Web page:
Corsia is a little-studied plant genus from the monocotyledon family Corsiaceae. It was first described in 1877 by Italian naturalist Odoardo Beccari and contains 25 species, all of which lack chlorophyll and parasitize fungi for nutrition. All 25 species are distributed through New Guinea, the Bismarck Archipelago, the Solomon Islands and Queensland, Australia.
In terms of appearance, the species of Corsia are quite uniform except for the flowers. Chromosome counts are known only from two species: Corsia cornuta and C. clypeata. Both have a diploid number (2n) of 18.
Corsia exist largely underground; only the seldom-formed flower stems develop above ground. The fine, thread-like and hairless root system is weakly branched and whitish, spreading widely just beneath the surface. Several hairless, unbranched and upright flowering stems sprout from a rhizome and are visible above ground. They are usually reddish in color and are 10 to 28 cm (3.9 to 11.0 in) high. The xylem is woody and not perforated.
The foliage along the stem is evenly distributed, and consists of three to seven broadly ovate pointed leaves. Those on the rhizomes are less developed than the reddish leaves on the flowering stems. Along the stem the leaves grow alternately, at their bases they sheath the stem almost entirely.
The growth of Corsia flowers appears to be triggered by combination of rain and drought, usually by a prolonged rainy season followed by several dry days. The zygomorphic, trimerous, nodding flowers grow singly and are terminal on the stems. The tepals are colored pale red to brownish red, sometimes with a bit of pale yellow and rarely brownish-green.
The six tepals are approximately of the same shape and size, with the exception of the uppermost tepal, termed the labellum, which is considerably larger and usually heart-shaped. The tepals of the species of section Sessilis are 4 to 15 mm (0.16 to 0.59 in) long and 0.5 to 2.5 mm (0.020 to 0.098 in) wide. The tepals of the section Unguiculatis are 3 to 8.5 mm (0.12 to 0.33 in) long and 1 to 3.5 mm (0.039 to 0.138 in) wide. The labellum is about 5 to 25 mm (0.20 to 0.98 in) long and 4 to 22 mm (0.16 to 0.87 in) wide. The labellum encloses the floral bud until its opening, thereby protecting immature floral parts. The labellum is usually simple, but is occasionally bifurcated at the tip of the midrib.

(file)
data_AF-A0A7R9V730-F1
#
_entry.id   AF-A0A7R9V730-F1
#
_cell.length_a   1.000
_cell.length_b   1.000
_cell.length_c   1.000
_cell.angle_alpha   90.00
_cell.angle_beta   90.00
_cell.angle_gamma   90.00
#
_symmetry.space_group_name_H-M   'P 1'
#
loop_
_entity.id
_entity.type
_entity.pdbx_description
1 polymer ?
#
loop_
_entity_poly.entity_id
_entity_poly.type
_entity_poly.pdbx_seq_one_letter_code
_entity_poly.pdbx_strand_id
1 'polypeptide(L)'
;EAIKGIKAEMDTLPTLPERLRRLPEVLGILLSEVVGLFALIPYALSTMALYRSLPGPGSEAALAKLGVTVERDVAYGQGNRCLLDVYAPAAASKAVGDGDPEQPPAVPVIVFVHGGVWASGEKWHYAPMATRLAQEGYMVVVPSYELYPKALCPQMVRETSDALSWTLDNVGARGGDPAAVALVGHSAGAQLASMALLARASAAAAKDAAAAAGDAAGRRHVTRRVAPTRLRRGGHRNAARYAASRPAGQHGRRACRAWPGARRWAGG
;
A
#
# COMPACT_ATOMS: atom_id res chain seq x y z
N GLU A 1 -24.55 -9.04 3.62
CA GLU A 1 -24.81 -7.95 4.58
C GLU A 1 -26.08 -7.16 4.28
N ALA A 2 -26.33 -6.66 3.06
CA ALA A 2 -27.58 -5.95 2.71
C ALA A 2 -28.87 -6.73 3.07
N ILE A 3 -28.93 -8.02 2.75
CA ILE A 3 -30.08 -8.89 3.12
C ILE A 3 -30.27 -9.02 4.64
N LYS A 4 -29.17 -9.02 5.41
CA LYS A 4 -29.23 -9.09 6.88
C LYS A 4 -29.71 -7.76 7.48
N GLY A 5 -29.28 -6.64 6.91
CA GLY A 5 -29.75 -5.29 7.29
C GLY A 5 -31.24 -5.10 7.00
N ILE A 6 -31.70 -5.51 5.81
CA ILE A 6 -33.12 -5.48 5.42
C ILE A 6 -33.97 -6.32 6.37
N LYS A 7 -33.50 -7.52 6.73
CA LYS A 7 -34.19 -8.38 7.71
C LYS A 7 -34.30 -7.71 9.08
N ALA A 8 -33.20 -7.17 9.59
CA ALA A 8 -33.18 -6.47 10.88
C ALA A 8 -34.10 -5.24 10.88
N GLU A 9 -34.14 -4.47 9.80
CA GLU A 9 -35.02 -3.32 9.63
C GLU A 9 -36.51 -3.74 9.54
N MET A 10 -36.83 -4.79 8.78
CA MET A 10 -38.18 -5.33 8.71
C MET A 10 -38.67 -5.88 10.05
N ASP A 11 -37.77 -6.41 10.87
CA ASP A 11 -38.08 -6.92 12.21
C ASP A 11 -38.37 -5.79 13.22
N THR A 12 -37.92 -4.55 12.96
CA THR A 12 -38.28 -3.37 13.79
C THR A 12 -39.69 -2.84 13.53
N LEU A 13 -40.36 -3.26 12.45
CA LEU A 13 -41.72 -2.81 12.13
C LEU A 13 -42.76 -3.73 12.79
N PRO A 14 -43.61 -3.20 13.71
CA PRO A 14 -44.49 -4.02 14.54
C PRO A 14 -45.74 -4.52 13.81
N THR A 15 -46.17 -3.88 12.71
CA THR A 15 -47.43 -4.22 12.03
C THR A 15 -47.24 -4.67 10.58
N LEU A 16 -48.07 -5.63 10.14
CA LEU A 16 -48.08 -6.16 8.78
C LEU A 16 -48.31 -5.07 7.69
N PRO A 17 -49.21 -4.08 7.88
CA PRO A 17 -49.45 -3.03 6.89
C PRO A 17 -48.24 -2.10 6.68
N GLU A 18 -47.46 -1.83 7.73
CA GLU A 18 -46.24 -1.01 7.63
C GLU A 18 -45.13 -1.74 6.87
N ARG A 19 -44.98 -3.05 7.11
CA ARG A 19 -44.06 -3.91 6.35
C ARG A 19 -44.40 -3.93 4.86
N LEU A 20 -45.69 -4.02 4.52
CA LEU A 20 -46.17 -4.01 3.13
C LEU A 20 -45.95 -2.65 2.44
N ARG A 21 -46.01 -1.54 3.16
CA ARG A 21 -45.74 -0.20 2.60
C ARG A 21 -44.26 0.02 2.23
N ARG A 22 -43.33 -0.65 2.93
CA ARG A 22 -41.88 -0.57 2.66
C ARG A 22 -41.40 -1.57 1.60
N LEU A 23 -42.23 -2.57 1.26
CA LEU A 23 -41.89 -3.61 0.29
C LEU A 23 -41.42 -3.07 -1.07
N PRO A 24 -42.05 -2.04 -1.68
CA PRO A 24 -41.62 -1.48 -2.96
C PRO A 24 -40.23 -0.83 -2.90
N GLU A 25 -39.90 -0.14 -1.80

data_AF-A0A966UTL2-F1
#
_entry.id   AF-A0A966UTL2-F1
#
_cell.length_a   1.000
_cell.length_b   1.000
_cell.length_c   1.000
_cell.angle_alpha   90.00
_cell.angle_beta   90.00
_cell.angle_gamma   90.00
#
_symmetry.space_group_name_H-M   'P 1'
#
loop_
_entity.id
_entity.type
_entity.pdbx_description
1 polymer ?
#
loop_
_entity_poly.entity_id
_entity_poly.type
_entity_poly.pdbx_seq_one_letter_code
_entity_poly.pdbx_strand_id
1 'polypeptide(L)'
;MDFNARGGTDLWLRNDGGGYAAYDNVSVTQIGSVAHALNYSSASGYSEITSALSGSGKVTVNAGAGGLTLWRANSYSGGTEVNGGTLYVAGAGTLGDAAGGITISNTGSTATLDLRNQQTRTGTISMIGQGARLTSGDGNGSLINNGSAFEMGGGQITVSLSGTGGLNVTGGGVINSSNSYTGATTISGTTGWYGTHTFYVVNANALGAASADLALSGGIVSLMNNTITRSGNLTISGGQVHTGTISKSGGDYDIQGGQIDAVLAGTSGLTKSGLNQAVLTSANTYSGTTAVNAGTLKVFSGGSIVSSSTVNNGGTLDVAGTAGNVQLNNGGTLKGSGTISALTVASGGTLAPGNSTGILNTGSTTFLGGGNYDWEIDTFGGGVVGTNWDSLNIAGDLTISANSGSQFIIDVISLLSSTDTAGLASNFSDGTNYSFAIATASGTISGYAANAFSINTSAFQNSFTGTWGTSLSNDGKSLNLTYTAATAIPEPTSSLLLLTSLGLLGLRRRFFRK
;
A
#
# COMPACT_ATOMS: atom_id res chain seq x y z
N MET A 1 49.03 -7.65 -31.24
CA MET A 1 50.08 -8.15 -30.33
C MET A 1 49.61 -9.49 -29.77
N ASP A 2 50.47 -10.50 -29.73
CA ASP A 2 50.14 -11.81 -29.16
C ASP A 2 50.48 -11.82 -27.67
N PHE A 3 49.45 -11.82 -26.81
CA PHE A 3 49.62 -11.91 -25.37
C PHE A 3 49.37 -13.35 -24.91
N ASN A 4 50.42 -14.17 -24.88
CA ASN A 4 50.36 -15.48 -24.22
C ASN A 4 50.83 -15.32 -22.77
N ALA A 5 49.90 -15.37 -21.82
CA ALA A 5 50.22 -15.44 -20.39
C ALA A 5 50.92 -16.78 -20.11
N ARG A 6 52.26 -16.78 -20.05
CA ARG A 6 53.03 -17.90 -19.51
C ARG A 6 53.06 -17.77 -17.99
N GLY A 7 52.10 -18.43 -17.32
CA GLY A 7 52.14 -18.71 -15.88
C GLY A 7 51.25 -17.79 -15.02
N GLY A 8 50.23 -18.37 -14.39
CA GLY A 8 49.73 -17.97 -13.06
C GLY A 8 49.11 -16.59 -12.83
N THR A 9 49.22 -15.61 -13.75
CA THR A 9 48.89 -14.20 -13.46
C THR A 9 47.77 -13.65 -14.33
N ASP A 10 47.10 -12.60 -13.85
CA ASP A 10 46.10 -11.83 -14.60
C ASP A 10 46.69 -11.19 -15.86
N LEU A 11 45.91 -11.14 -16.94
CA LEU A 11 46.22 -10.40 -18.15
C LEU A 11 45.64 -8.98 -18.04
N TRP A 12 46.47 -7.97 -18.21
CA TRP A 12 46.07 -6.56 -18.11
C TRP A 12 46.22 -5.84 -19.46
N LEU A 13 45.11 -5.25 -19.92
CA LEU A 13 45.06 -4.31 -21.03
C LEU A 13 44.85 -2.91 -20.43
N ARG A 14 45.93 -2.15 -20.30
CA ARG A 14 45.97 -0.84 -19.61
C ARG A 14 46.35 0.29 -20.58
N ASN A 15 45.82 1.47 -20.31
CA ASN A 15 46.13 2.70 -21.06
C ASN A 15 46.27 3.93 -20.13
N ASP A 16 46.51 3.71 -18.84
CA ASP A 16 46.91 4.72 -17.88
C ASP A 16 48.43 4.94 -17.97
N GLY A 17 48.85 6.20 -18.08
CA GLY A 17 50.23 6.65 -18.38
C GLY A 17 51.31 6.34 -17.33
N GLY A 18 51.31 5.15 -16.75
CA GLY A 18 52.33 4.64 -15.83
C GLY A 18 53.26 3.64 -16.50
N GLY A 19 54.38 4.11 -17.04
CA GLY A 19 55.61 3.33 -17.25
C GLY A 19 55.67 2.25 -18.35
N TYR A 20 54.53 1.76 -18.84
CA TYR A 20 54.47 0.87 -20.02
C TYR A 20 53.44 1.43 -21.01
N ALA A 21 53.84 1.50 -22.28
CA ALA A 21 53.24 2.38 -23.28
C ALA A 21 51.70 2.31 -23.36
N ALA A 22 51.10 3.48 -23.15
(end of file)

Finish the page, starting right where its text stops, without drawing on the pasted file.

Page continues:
The labellum of Corsia is similar in appearance to the labellum of some orchids, but is not homologous to them; in orchids the labellum is formed from an inner tepal (petal), but in Corsiaceae it forms from an outer tepal (sepal). In Corsia, unlike the orchids, all six stamens are fertile.
Fruit and seeds
After pollination (possibly by flies), the peduncles extend and a 3.5 cm (1.4 in) long and slender cylindrical yellowish brown capsule fruit forms. The small dust-like seeds are about 1 to 3.2 mm (0.039 to 0.126 in) long, 0.3 mm (0.012 in) thick and colored pale to dark brown. The seed coat tightly encloses the endosperm and its surface is finely grooved longitudinally. Although the native habitat of Corsia is relatively calm, seed dispersal is presumed to be facilitated by wind (anemochory).
Distribution and habitat
Species of Corsia are generally found in floodplains and mountain forests at altitudes of 400 to 2,700 m (1,300 to 8,900 ft) above sea level. They grow in humus-rich soils in shaded areas of high humidity among decaying leaves.
Like other members of Corsiaceae, Corsia species lack chlorophyll and are thus incapable of photosynthesis. Instead, they are myco-heterotrophs, relying exclusively on parasitizing arbuscular mycorrhizal fungi for nutrition. Myco-heterotrophs were once mistakenly thought to be saprotrophic plants. It is now known that they do not obtain nourishment directly from decaying organic matter, instead they digest the hyphae of saprotrophic fungi with enzymes and absorb the resulting nutrients.